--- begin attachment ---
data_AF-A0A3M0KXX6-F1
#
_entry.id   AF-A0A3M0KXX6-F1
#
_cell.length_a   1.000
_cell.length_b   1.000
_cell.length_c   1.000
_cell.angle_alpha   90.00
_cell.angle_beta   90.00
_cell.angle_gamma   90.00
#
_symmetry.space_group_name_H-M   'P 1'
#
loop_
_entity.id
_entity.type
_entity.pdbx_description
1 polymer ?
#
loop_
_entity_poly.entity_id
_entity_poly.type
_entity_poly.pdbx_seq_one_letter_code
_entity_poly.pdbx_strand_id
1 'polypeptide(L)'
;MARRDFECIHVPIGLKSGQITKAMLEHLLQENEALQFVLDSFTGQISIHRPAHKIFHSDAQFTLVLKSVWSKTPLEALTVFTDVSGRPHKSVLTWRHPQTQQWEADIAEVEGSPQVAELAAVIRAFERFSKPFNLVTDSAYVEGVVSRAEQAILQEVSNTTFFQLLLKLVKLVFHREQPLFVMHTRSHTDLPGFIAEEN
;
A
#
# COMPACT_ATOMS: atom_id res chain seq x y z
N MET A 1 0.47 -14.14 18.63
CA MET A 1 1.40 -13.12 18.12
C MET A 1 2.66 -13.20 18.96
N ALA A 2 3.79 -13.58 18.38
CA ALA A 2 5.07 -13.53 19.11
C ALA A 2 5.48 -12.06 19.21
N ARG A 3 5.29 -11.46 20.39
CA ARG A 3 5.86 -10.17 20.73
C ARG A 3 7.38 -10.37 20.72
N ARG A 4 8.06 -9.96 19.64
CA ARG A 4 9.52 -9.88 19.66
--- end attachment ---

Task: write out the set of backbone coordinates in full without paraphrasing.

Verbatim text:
data_AF-A0A3M0KXX6-F1
#
_entry.id   AF-A0A3M0KXX6-F1
#
_cell.length_a   1.000
_cell.length_b   1.000
_cell.length_c   1.000
_cell.angle_alpha   90.00
_cell.angle_beta   90.00
_cell.angle_gamma   90.00
#
_symmetry.space_group_name_H-M   'P 1'
#
loop_
_entity.id
_entity.type
_entity.pdbx_description
1 polymer ?
#
loop_
_entity_poly.entity_id
_entity_poly.type
_entity_poly.pdbx_seq_one_letter_code
_entity_poly.pdbx_strand_id
1 'polypeptide(L)'
;MARRDFECIHVPIGLKSGQITKAMLEHLLQENEALQFVLDSFTGQISIHRPAHKIFHSDAQFTLVLKSVWSKTPLEALTVFTDVSGRPHKSVLTWRHPQTQQWEADIAEVEGSPQVAELAAVIRAFERFSKPFNLVTDSAYVEGVVSRAEQAILQEVSNTTFFQLLLKLVKLVFHREQPLFVMHTRSHTDLPGFIAEEN
;
A
#
# COMPACT_ATOMS: atom_id res chain seq x y z
N MET A 1 0.47 -14.14 18.63
CA MET A 1 1.40 -13.12 18.12
C MET A 1 2.66 -13.20 18.96
N ALA A 2 3.79 -13.58 18.38
CA ALA A 2 5.07 -13.53 19.11
C ALA A 2 5.48 -12.06 19.21
N ARG A 3 5.29 -11.46 20.39
CA ARG A 3 5.86 -10.17 20.73
C ARG A 3 7.38 -10.37 20.72
N ARG A 4 8.06 -9.96 19.64
CA ARG A 4 9.52 -9.88 19.66